Regional News of Sunday, 20 April 2014
Members of the Ayensuano District Assembly have taken a swipe at the Member of Parliament (MP) for the area, Mr. Samuel Aye-Paye, for his refusal to attend assembly meetings.
Under the current local government system, an MP, who is an ex-officio member of the assembly, is required to attend meetings of the House to brief its members on government policies and in turn present the concerns of the members who are the accredited representatives of the communities to Parliament for redress.
However, all the four sittings of the assembly since its creation about two years ago had not been attended by Mr. Aye-Paye, although the House claimed to have duly informed the MP of the date for all the four meetings including an emergency one to discuss vital issues affecting the area.
At a recent meeting held at Coaltar, the district headquarters last Thursday (April 17), the representative for the Kyekyewere Electoral area, Mr. Paul Som raised the issue and wondered why the House should continue to tolerate what he referred to as a deliberate refusal of the MP not to be present at the meetings.
He said the MP must be in the House to either respond to questions or brief its members on steps he was taking in Parliament to improve the lot of the people in the constituency.
After a lengthy and heated debate on the issue during which all the speakers except the representative for Aye Kokooso, Mr. Ernest Akuffo, condemned the attitude of the MP, a motion was moved by the member for the Amanase South Electoral Area, Dr. Addo Agyekum, for a letter to be written to the MP with a copy to the Speaker of Parliament on the issue.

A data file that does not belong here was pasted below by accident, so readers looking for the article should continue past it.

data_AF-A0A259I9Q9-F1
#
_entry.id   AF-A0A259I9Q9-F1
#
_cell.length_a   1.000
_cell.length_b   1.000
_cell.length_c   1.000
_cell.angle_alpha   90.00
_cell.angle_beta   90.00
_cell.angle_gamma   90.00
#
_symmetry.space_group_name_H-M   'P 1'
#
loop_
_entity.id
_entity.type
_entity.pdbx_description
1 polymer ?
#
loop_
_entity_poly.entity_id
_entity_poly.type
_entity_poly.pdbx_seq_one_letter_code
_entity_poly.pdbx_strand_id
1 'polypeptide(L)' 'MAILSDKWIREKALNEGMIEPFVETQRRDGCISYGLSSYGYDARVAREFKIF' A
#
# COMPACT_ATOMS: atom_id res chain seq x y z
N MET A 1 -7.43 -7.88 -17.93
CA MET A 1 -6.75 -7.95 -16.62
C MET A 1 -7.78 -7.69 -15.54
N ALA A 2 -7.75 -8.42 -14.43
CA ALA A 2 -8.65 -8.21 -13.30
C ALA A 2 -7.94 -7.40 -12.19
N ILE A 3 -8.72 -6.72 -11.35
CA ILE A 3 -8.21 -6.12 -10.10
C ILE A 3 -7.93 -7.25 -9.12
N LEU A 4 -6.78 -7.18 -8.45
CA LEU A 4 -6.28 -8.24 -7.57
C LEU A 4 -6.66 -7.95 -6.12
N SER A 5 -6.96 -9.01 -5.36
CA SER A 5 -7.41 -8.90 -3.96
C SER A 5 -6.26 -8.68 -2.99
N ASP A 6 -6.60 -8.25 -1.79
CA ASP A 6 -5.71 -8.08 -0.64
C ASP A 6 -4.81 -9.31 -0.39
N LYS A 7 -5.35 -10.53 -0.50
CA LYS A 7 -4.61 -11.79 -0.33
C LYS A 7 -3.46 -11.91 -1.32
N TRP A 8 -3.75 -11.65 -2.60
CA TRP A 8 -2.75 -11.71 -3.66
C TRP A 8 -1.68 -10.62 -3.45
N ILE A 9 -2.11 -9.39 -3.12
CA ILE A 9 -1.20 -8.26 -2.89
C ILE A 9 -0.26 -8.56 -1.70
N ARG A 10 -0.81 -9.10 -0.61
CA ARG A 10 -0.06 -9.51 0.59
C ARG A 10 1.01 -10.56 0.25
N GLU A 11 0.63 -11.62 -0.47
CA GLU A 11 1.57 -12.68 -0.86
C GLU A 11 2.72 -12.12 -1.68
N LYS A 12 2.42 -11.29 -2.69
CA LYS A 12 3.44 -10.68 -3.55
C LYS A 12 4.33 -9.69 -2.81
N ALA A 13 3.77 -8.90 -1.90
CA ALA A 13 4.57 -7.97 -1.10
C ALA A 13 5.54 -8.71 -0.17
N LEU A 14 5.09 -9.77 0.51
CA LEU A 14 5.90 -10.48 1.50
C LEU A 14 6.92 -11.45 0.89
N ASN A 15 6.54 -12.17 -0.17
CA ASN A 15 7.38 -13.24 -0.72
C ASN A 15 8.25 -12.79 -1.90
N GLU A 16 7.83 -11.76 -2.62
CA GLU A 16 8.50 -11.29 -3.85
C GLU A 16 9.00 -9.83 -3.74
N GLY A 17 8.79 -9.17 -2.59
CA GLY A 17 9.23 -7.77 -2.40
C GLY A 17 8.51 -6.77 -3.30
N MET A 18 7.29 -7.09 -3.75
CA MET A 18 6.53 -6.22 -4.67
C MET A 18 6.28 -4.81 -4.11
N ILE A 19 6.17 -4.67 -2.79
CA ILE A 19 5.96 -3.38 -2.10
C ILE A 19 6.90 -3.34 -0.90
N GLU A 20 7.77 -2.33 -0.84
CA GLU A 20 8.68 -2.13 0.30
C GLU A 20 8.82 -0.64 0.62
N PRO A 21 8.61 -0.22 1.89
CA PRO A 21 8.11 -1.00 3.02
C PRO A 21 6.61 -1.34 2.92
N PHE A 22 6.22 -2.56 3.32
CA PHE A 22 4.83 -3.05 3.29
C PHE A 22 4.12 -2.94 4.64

However, after further deliberations on the issue, during which the Presiding Member, Mr. Kennedy Obuba, had to contain the situation, it was agreed that the MP should be contacted either on phone or by a letter, but without a copy to the Speaker.
But in a swift rebuttal from Mr. Aye-Paye on phone, he denied ever being contacted either on phone or a letter for all the four assembly meetings and stated that he was ever prepared to make himself available for such meetings.
“This is a deliberate attempt to throw dust in the eyes of my constituents who I have been reaching out all the time,” he said.
“I do not also see my inability to attend assembly meeting as the core problem of the people who are determined to vote for me because I regularly visit them in their communities to know their plight and how best to solve their problems.
Earlier in an address, the District Chief Executive, Mr. Mike Ofori Darko, said the development agenda of the assembly was on course and that, within the limited period of two years, four boreholes had been drilled at Budu, Amanase, Apau Wawase and Asuboi while there have been on-the-spot improvement (maintenance) on a number of feeder roads such as the six-kilometer Kraboa-Asuboi Feeder Road.
On electrification, Mr. Ofori-Darko told the House that 90% of communities that had been approved under different phases would be hooked to the national grid by the end of the year and that 100 treated poles to that effect had been received specifically for Coaltar.
With regard to education, the assembly had rehabilitated a number of classroom blocks such as the Teacher Mante Presbyterian Primary School and another one at Dokrokyiwa while 1,000 pieces of dual desks had been distributed to 31 schools in the district.
On internally generated revenue, Mr. Ofori Darko said GHc216,829.70 representing 74% of the targeted GHc291,150.00 for 2013 had been mobilized and expressed the hope that the money together with the assembly’s share of the Common Fund, as well as funds from development partners would help to hasten the development agenda of the district.